US 6475647 B1
A method for protecting high temperature stainless steel from coking and corrosion at elevated temperatures in corrosive environments, such as during ethylene production by pyrolysis of hydrocarbons or the reduction of oxide ores, by coating the stainless steel with a coating of MCrAlX in which M is nickel, cobalt, iron or a mixture thereof and X is yttrium, hafnium, zirconium, lanthanum or combination thereof deposited onto and metallurgically bonded to the stainless steel by plasma transferred arc deposition of atomized powder of MCrAlX. The coating has a thick, dense, continuous and smooth transition region providing an effective metallurgically bond of the coating with the stainless steel. The coating retains a relatively high aluminum content which permits generation of an adherent alumina layer on the surface, providing good resistance to high temperature oxidation together with good anti-coking and hot erosion resistance properties.
1. A method for providing a protective an inert coating on high temperature stainless steel comprising metallurgically bonding a continuous coating of a MCrAlX alloy, where M=nickel, cobalt or iron or mixture thereof and X=yttrium, hafnium, zirconium, lanthanum or combination thereof, having about 10 to 40 wt % chromium, about 3 to 30 wt % aluminum and up to about 5 wt % X, the balance M, by plasma transferred arc deposition of the coating onto a high temperature stainless steel substrate.
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7. A method as claimed in 4 in which the MCrAlX is NiCrAlY and has, by weight, about 12 to 25% chromium, about 4 to 15% aluminum and about 0.5 to 1.5% yttrium, the balance nickel.
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10. A surface alloyed component comprising a stainless steel base alloy substrate and a continuous coating deposited thereon by plasma transfer arc deposition of MCrAlX alloy in which fed is nickel, cobalt, iron or a mixture thereof and X=yttrium, hafnium, zirconium, lanthanum or combination thereof and comprising about 10 to 25 wt % chromium, about 4 to 20 wt % aluminum and up to about 3 wt % X, the balance M, wherein the MCrAlX alloy coating has a thickness of about 80 to 500 μm, and an aluminum surface layer having a thickness up to about 50% of the coating thickness metallurgically bonded to the coating.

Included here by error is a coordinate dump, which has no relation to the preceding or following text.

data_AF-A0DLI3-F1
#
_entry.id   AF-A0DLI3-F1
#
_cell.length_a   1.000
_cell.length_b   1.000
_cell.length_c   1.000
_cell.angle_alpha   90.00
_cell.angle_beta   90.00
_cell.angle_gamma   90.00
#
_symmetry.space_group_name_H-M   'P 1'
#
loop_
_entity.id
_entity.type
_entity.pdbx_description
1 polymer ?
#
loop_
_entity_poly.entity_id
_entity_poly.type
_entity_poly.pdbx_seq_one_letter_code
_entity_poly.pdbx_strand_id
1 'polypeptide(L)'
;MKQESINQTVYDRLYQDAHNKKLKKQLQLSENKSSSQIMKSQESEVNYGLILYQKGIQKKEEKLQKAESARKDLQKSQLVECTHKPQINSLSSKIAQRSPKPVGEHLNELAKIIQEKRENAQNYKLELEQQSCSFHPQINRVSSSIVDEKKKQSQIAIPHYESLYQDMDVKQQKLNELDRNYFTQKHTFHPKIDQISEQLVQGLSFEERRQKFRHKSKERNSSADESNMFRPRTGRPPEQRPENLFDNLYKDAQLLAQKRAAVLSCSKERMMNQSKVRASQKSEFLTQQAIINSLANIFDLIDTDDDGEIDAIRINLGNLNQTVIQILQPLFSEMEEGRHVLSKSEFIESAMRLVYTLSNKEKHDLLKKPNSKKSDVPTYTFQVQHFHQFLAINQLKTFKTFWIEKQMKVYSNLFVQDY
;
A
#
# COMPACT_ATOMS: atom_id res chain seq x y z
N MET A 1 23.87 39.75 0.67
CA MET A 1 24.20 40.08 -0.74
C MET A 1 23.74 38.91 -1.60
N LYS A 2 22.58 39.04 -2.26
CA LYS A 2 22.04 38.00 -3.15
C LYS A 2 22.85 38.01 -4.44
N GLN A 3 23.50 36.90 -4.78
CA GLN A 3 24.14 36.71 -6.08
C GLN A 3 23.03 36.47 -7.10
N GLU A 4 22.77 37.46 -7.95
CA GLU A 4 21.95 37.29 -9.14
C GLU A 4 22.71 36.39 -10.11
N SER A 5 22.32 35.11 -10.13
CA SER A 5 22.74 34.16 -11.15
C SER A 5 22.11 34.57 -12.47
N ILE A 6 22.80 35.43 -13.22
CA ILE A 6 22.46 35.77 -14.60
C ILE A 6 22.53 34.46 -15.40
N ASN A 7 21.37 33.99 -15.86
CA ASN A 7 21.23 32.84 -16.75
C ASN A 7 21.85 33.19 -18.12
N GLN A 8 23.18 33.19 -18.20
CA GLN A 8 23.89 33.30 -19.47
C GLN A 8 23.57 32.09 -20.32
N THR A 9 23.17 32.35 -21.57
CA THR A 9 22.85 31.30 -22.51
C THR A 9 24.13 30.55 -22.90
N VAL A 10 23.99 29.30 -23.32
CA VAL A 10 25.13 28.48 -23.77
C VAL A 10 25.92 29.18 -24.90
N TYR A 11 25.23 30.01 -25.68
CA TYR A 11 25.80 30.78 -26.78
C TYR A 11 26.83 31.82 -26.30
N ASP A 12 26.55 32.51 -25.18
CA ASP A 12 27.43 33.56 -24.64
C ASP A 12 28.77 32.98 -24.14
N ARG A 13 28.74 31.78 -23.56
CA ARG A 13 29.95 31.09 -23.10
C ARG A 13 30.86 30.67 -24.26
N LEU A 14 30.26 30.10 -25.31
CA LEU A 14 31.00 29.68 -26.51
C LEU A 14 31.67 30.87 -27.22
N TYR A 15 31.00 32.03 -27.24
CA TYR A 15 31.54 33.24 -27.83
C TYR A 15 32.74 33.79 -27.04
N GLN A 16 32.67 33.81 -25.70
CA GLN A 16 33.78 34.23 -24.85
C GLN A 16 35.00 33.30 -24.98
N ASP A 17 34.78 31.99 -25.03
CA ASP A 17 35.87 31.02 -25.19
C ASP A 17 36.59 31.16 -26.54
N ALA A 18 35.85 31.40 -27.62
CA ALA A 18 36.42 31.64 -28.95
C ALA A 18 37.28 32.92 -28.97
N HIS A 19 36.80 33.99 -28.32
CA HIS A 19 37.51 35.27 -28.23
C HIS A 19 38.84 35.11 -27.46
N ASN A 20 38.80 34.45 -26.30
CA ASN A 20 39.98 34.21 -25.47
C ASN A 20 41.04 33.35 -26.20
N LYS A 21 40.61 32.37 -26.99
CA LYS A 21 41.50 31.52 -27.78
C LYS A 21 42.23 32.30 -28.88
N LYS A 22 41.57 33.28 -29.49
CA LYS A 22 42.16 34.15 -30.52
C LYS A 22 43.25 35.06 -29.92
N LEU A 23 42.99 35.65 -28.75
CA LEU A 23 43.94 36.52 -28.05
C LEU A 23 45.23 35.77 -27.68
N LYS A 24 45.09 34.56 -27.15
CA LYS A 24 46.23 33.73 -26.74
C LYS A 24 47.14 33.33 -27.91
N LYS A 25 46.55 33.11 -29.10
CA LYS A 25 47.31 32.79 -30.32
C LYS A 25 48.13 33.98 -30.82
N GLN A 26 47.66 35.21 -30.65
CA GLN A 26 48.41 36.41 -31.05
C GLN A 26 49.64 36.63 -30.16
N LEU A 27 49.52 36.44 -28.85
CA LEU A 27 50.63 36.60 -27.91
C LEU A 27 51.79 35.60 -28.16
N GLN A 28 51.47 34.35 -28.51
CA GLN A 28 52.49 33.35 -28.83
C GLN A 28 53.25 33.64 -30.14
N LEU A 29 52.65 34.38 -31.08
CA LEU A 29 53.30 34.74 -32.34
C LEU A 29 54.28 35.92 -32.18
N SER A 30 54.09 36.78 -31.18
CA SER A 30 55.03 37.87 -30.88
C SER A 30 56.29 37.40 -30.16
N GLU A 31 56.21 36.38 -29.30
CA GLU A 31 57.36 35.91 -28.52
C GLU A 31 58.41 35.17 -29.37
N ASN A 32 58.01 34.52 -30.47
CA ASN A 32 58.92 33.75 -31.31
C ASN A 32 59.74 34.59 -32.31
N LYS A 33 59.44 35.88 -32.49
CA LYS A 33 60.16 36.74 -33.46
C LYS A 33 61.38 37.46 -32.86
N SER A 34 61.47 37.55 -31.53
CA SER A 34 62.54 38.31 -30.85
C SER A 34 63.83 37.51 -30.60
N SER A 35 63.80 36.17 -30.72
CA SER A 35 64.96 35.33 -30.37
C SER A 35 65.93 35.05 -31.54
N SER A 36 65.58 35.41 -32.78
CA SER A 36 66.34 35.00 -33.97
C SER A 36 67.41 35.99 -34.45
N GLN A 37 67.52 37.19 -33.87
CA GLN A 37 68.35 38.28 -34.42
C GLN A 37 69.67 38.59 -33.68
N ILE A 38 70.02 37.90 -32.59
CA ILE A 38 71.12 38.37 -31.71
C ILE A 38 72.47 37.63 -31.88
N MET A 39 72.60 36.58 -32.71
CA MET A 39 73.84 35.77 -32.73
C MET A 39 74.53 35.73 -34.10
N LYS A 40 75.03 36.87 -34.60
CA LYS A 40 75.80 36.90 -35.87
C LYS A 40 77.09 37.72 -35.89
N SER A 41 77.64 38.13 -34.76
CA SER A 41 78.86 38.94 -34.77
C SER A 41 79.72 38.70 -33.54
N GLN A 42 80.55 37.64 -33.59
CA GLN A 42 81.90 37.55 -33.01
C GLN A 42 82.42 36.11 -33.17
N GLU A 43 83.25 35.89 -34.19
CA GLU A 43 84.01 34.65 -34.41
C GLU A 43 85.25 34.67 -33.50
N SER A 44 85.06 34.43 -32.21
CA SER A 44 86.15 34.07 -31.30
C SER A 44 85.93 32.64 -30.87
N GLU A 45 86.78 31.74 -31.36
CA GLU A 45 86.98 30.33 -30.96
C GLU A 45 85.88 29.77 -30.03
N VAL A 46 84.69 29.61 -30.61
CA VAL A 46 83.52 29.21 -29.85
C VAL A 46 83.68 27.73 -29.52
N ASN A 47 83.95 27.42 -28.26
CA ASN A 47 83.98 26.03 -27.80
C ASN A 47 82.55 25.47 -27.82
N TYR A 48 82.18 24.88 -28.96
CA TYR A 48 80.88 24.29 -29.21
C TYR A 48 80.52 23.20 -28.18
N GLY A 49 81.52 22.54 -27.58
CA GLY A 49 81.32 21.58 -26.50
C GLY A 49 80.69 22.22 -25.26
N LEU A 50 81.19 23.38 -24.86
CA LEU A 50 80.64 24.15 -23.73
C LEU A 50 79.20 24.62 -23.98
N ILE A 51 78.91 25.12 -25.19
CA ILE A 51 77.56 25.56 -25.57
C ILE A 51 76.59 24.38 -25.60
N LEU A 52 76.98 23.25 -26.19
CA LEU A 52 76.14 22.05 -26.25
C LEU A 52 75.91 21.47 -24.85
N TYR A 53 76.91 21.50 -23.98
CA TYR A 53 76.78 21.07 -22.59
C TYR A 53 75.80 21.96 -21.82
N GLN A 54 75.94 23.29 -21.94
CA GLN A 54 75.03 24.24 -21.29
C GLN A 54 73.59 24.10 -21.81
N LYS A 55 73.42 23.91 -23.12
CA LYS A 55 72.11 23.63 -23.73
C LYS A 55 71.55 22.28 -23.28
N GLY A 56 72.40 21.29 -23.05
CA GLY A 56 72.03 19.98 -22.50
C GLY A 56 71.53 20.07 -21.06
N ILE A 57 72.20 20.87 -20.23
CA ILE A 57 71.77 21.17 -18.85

11. A surface alloyed component as claimed in
12. A surface alloyed component as claimed in
13. A surface alloyed component as claimed in
14. A coking and corrosion resistant reactor tube for use in high temperature environments comprising an elongated tube formed from a high temperature stainless steel and a continuous coating metallurgically bonded on an inner surface of the elongated tube comprising a MCrAlX alloy wherein M is Ni, Co, Fe or a mixture thereof and X is yttrium, hafnium, zirconium, lanthanum or combination thereof and comprising, by weight, about 10 to 25% chromium, about 4 to 20% aluminum and up to about 3% yttrium, hafnium, zirconium or lanthanum by plasma transferred arc deposition of the coating onto the inner surface of the elongated tube, and wherein the MCrAlX coating has a thickness of about 20 to 6000 μm and is metallurgically bonded to the stainless steel substrate.
15. A coking and corrosion resistant reactor tube as claimed in
16. A coking and corrosion resistant reactor tube produced by the method of
17. A coking and corrosion resistant reactor tube produced by the method of
18. A coking and corrosion resistant reactor tube produced by the method of
19. A furnace for the production of ethyl including a plurality of reactor tubes each comprising an elongated tube formed from a high temperature stainless steel and a continuous coating of a MCrAlX alloy wherein M is Ni, Co, Fe or a mixture thereof and X is yttrium, hafnium, zirconium, lanthanum or combination thereof and comprising, by weight, about 10 to 40% chromium, about 3 to 30% aluminum and up to 5% yttrium, hafnium, zirconium and/or lanthanum, the balance M, deposited in a thickness of about 20 to 6000 μm and metallurgically bonded to the inner surface of the elongated tube by plasma transfer arc deposition.
20. A furnace as claimed in